Prospering as an 'Expert in a Sliver of Technology'
Based on the number of mergers and acquisitions in the Microsoft channel, one would think that large scale is the only way to prosper as a partner in the cloud. Many partners believe high growth is the only path to strengthening ties to Microsoft -- and tapping the motherload of leads. But there remain partners without super-size aspirations who capture Microsoft's attention and reap the rewards.
As one of the first partners to implement BPOS, the precursor to Office 365, LiftOff launched into the cloud early. "We latched on, and committed to learning that product," said Ron Braatz, president of LiftOff. "One of the things that I had been telling partners, as a Microsoft employee was, if you want to get into a new market, start small, build your experience, build some case studies. Grow it however you like from there. You have to be an expert."
Heeding his own advice, LiftOff started small, implementing low user count BPOS systems and taking their time to build expertise before tackling larger projects. "The goal of Liftoff was to help orgs deliver successful projects. I thought that I had seen enough, and worked with enough partners and clients to really be able to do that," said Braatz. "To go into a project, no matter what kind of an IT project it was, and make it successful, that was our intent."
Based on his experience at Microsoft, Braatz knew that consistency in delivery of projects was the foundation of building the kind of relationship that would earn referrals. Microsoft personnel look to those partners who they trust to be the experts in implementing a given solution. Like any sales person, they want the best to deliver the services to their customer.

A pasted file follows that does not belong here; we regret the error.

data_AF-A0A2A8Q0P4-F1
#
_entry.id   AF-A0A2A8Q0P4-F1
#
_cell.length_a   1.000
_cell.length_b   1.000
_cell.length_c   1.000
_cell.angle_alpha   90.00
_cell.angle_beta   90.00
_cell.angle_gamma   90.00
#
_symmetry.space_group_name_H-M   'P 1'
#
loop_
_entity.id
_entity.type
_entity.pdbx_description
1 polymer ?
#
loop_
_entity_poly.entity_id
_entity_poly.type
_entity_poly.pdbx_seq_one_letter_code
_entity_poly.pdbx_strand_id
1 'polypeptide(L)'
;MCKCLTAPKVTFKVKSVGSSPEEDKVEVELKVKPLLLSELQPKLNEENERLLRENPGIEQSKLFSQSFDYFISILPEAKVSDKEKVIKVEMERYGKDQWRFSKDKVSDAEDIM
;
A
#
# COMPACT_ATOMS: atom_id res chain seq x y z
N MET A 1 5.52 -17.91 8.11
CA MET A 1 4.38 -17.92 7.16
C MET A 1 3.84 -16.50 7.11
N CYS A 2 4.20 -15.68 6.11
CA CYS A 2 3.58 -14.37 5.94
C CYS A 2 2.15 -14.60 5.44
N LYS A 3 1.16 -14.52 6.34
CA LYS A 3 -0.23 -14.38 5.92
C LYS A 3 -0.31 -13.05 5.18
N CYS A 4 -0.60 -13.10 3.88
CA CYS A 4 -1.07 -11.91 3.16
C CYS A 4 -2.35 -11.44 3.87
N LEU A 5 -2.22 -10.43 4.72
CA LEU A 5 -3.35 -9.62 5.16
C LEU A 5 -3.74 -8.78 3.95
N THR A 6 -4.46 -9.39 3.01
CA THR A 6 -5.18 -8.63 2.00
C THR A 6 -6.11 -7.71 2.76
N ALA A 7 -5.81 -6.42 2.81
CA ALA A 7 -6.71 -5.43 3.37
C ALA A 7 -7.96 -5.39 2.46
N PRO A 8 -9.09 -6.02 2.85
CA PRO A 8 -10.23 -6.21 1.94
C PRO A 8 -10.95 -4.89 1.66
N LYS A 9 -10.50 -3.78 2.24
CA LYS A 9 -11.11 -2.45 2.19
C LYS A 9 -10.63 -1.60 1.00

"I think more than growth, Microsoft gives attention to partners doing the job right. So, when Microsoft reaches out to us, for a project or a conversation, or an engagement, or just questions," said Braatz, "it's because we have good, mutual respect. They understand that we're experts in a sliver of technology."
While many partners working outside the enterprise market feel abandoned through the One Commercial Partner engagement model, Braatz sees it as beneficial to LiftOff. "The effect of what's happened is a lot of the Microsoft sales people that we used to work closely with have been transitioned to working larger projects," said Braatz. "So, the smaller projects are more hand offs, and that's a good model for us."
Liftoff's expertise in the product means they don't need the presales support that many partners look for from Microsoft. "We don't require a lot of co-selling with Microsoft. But, initial engagement, and introductions, are critical," said Braatz. "What that means is, they are being introduced to us. Which is great, for us. It's hard to say that less engagement from Microsoft is good. But, it's working in our favor in the latest model."
In a State of the Channel update this week, Gavriella Schuster, Microsoft corporate vice president for One Commercial Partner, announced that there are now more than 68,000 cloud partners. Since July, almost 80,000 customer referrals have been passed on to partners, she said. Big numbers like that drive home the importance of standing out in the crowd.
"My advice when I talk to partners is still, be great at a few things instead of pretty good at a lot of things because there's a lot of competition when you're pretty good," added Braatz. "What we found is that by focusing on a few things, we're able to position ourselves as a leader. We're one of the top partners because we do so much of our Microsoft technology sliver."
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Posted by Barb Levisay on January 25, 2018 at 11:34 AM